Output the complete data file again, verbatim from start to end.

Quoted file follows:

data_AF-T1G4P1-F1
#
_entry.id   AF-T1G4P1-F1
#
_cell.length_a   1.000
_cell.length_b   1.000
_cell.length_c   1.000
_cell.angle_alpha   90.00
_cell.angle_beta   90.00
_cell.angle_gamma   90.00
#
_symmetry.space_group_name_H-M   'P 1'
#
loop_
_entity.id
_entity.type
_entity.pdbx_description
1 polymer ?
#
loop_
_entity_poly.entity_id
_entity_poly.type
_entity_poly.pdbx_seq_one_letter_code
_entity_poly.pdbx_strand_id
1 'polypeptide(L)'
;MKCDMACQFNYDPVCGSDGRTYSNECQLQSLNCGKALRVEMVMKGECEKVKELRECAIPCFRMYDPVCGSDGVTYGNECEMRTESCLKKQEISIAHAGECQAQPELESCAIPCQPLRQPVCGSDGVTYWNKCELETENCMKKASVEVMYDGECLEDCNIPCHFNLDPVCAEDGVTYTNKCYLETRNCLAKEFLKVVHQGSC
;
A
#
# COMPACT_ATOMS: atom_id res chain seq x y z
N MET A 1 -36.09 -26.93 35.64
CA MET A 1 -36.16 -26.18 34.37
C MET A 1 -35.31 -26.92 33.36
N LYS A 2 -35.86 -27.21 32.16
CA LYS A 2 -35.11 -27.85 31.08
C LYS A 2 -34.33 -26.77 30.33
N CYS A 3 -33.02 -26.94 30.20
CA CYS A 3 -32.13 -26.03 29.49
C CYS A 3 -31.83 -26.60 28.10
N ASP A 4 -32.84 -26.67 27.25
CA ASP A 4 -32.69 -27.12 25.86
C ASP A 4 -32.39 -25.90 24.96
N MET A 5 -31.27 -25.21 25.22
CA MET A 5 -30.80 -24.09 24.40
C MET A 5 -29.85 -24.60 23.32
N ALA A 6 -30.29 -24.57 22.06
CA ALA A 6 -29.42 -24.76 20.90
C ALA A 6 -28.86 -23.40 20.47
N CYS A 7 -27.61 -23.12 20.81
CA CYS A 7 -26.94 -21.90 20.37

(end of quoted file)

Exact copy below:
data_AF-T1G4P1-F1
#
_entry.id   AF-T1G4P1-F1
#
_cell.length_a   1.000
_cell.length_b   1.000
_cell.length_c   1.000
_cell.angle_alpha   90.00
_cell.angle_beta   90.00
_cell.angle_gamma   90.00
#
_symmetry.space_group_name_H-M   'P 1'
#
loop_
_entity.id
_entity.type
_entity.pdbx_description
1 polymer ?
#
loop_
_entity_poly.entity_id
_entity_poly.type
_entity_poly.pdbx_seq_one_letter_code
_entity_poly.pdbx_strand_id
1 'polypeptide(L)'
;MKCDMACQFNYDPVCGSDGRTYSNECQLQSLNCGKALRVEMVMKGECEKVKELRECAIPCFRMYDPVCGSDGVTYGNECEMRTESCLKKQEISIAHAGECQAQPELESCAIPCQPLRQPVCGSDGVTYWNKCELETENCMKKASVEVMYDGECLEDCNIPCHFNLDPVCAEDGVTYTNKCYLETRNCLAKEFLKVVHQGSC
;
A
#
# COMPACT_ATOMS: atom_id res chain seq x y z
N MET A 1 -36.09 -26.93 35.64
CA MET A 1 -36.16 -26.18 34.37
C MET A 1 -35.31 -26.92 33.36
N LYS A 2 -35.86 -27.21 32.16
CA LYS A 2 -35.11 -27.85 31.08
C LYS A 2 -34.33 -26.77 30.33
N CYS A 3 -33.02 -26.94 30.20
CA CYS A 3 -32.13 -26.03 29.49
C CYS A 3 -31.83 -26.60 28.10
N ASP A 4 -32.84 -26.67 27.25
CA ASP A 4 -32.69 -27.12 25.86
C ASP A 4 -32.39 -25.90 24.96
N MET A 5 -31.27 -25.21 25.22
CA MET A 5 -30.80 -24.09 24.40
C MET A 5 -29.85 -24.60 23.32
N ALA A 6 -30.29 -24.57 22.06
CA ALA A 6 -29.42 -24.76 20.90
C ALA A 6 -28.86 -23.40 20.47
N CYS A 7 -27.61 -23.12 20.81
CA CYS A 7 -26.94 -21.90 20.37